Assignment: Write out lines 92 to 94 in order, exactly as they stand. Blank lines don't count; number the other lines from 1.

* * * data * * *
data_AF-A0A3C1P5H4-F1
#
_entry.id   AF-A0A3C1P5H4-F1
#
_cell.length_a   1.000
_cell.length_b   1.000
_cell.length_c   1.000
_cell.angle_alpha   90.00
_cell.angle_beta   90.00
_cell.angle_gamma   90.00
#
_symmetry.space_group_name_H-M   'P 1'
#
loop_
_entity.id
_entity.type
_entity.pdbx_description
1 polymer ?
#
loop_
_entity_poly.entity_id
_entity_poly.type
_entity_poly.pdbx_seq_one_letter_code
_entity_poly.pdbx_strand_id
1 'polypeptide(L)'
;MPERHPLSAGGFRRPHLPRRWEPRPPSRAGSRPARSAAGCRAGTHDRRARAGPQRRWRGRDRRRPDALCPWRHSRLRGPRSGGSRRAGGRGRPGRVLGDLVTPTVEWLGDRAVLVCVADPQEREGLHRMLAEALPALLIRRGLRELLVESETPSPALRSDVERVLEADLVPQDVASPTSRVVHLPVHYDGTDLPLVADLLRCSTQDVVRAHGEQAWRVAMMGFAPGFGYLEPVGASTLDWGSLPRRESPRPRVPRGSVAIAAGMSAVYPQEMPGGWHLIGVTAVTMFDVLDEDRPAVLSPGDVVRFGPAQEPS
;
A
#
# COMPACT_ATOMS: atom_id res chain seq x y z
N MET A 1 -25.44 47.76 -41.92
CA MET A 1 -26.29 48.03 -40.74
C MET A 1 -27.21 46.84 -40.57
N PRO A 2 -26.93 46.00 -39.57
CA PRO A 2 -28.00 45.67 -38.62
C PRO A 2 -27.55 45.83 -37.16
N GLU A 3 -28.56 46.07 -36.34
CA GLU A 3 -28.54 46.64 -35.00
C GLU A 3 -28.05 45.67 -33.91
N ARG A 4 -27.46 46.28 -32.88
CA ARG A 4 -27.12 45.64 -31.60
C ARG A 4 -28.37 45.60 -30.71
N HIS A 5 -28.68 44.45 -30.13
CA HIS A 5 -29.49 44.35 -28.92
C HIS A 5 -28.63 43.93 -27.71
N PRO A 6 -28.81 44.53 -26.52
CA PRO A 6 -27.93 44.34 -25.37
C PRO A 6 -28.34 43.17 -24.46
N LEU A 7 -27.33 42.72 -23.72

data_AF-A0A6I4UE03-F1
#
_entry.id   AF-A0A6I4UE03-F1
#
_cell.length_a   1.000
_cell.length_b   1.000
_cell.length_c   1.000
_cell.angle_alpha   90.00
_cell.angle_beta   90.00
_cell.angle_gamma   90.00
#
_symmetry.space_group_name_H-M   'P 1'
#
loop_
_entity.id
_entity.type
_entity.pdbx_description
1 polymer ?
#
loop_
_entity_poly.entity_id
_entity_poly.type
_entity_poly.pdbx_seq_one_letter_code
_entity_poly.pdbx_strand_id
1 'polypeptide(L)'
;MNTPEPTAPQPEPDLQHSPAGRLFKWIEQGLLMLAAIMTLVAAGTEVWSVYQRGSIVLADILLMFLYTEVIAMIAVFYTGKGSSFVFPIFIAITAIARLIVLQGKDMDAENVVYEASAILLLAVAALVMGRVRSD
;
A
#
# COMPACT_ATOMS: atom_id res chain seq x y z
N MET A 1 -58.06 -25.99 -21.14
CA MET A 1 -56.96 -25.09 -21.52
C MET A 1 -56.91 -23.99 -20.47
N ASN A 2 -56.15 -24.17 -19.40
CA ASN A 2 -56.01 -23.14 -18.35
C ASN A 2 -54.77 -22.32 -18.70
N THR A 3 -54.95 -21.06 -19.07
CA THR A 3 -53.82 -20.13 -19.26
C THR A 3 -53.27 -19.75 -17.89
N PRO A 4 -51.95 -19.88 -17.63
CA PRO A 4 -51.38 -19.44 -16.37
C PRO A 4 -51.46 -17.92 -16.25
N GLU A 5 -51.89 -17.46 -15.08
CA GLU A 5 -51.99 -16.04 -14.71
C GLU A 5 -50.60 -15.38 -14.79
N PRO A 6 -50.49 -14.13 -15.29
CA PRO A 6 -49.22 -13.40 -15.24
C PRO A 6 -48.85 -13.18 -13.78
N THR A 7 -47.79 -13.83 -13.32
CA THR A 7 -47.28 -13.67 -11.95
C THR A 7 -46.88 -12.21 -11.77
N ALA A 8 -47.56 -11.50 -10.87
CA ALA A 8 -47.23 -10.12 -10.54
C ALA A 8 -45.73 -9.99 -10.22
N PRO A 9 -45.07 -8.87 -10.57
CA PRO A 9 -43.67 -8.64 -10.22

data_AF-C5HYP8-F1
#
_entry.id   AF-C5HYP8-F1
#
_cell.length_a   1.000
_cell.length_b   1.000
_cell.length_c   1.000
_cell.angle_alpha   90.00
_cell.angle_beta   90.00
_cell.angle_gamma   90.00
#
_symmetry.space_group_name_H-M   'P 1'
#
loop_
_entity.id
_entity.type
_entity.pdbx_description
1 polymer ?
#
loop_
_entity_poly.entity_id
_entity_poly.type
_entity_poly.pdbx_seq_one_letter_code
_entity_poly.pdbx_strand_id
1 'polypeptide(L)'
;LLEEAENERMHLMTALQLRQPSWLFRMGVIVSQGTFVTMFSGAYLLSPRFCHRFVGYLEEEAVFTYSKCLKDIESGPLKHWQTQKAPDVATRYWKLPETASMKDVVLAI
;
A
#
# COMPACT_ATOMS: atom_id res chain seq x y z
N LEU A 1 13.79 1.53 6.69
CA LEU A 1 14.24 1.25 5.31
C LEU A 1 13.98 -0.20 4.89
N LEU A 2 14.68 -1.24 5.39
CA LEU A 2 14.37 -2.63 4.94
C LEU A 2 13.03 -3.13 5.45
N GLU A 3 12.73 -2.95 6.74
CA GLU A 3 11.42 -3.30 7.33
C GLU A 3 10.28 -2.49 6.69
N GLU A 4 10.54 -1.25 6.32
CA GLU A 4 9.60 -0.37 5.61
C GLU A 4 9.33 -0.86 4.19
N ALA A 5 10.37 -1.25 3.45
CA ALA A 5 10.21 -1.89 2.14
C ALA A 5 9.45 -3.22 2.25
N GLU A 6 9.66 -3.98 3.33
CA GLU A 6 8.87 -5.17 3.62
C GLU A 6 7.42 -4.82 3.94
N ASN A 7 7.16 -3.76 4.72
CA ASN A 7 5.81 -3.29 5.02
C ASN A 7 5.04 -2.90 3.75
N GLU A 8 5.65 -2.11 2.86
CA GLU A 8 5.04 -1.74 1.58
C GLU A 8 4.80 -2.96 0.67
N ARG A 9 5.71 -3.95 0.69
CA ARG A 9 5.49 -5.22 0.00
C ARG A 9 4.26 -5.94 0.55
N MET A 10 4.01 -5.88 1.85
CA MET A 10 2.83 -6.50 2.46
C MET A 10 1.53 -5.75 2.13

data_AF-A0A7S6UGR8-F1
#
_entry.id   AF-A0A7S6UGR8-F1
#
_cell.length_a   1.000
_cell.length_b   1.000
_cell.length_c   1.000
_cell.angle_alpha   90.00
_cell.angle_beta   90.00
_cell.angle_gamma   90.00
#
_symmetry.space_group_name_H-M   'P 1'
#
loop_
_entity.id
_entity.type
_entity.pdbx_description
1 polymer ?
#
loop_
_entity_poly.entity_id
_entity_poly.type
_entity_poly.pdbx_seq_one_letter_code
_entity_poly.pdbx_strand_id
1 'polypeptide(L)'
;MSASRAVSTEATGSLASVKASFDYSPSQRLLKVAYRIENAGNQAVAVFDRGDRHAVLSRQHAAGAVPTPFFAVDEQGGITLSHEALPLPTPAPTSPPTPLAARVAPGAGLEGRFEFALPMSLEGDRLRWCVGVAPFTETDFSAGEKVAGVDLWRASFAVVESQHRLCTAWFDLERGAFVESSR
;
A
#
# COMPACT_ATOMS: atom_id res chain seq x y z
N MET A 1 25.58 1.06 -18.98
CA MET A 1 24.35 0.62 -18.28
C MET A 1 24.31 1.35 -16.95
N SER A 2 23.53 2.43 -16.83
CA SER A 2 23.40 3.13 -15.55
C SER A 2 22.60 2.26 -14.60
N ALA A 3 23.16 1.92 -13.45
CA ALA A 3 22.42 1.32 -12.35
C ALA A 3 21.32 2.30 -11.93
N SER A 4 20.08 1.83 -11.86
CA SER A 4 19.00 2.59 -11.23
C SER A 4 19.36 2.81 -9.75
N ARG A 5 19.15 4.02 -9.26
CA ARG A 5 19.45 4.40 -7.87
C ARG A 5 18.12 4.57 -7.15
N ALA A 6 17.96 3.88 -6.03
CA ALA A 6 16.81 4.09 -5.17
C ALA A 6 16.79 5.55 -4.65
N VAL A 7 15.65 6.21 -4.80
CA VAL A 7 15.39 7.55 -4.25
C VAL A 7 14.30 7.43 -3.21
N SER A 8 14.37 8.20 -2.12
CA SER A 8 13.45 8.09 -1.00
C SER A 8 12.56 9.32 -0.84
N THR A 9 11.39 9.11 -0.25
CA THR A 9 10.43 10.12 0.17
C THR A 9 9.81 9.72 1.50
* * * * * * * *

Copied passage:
N GLU A 5 -51.89 -17.46 -15.08
CA GLU A 5 -51.99 -16.04 -14.71
C GLU A 5 -50.60 -15.38 -14.79